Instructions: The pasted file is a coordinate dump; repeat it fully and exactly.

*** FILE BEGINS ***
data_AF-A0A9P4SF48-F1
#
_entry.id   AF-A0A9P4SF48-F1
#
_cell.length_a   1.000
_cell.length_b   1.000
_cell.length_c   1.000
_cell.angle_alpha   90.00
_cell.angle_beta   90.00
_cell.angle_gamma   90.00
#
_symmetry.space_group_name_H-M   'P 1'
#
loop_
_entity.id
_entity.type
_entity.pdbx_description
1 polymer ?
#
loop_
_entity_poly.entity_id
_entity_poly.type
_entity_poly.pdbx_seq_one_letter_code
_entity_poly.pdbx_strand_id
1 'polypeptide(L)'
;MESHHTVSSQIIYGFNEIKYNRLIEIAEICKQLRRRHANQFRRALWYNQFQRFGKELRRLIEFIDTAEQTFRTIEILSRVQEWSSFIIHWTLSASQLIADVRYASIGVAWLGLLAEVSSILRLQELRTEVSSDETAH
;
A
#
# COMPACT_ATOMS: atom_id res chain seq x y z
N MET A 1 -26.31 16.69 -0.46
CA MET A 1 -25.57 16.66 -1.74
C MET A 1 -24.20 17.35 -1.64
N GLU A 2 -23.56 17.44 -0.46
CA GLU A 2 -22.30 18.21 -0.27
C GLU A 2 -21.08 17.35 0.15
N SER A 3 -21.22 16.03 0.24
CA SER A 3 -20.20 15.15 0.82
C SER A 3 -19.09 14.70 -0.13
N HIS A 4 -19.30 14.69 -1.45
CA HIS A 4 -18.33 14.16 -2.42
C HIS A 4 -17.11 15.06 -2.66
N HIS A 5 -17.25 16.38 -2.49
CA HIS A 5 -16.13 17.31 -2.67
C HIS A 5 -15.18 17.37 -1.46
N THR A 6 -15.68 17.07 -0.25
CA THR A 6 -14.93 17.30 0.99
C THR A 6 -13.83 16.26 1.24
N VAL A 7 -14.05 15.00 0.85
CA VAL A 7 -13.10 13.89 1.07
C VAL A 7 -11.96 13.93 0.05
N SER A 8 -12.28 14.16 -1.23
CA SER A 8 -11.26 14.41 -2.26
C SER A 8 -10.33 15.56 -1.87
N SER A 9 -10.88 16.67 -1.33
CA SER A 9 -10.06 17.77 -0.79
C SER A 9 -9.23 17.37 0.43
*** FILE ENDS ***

data_AF-A0A9P4SF48-F1
#
_entry.id   AF-A0A9P4SF48-F1
#
_cell.length_a   1.000
_cell.length_b   1.000
_cell.length_c   1.000
_cell.angle_alpha   90.00
_cell.angle_beta   90.00
_cell.angle_gamma   90.00
#
_symmetry.space_group_name_H-M   'P 1'
#
loop_
_entity.id
_entity.type
_entity.pdbx_description
1 polymer ?
#
loop_
_entity_poly.entity_id
_entity_poly.type
_entity_poly.pdbx_seq_one_letter_code
_entity_poly.pdbx_strand_id
1 'polypeptide(L)'
;MESHHTVSSQIIYGFNEIKYNRLIEIAEICKQLRRRHANQFRRALWYNQFQRFGKELRRLIEFIDTAEQTFRTIEILSRVQEWSSFIIHWTLSASQLIADVRYASIGVAWLGLLAEVSSILRLQELRTEVSSDETAH
;
A
#
# COMPACT_ATOMS: atom_id res chain seq x y z
N MET A 1 -26.31 16.69 -0.46
CA MET A 1 -25.57 16.66 -1.74
C MET A 1 -24.20 17.35 -1.64
N GLU A 2 -23.56 17.44 -0.46
CA GLU A 2 -22.30 18.21 -0.27
C GLU A 2 -21.08 17.35 0.15
N SER A 3 -21.22 16.03 0.24
CA SER A 3 -20.20 15.15 0.82
C SER A 3 -19.09 14.70 -0.13
N HIS A 4 -19.30 14.69 -1.45
CA HIS A 4 -18.33 14.16 -2.42
C HIS A 4 -17.11 15.06 -2.66
N HIS A 5 -17.25 16.38 -2.49
CA HIS A 5 -16.13 17.31 -2.67
C HIS A 5 -15.18 17.37 -1.46
N THR A 6 -15.68 17.07 -0.25
CA THR A 6 -14.93 17.30 0.99
C THR A 6 -13.83 16.26 1.24
N VAL A 7 -14.05 15.00 0.85
CA VAL A 7 -13.10 13.89 1.07
C VAL A 7 -11.96 13.93 0.05
N SER A 8 -12.28 14.16 -1.23
CA SER A 8 -11.26 14.41 -2.26
C SER A 8 -10.33 15.56 -1.87
N SER A 9 -10.88 16.67 -1.33
CA SER A 9 -10.06 17.77 -0.79
C SER A 9 -9.23 17.37 0.43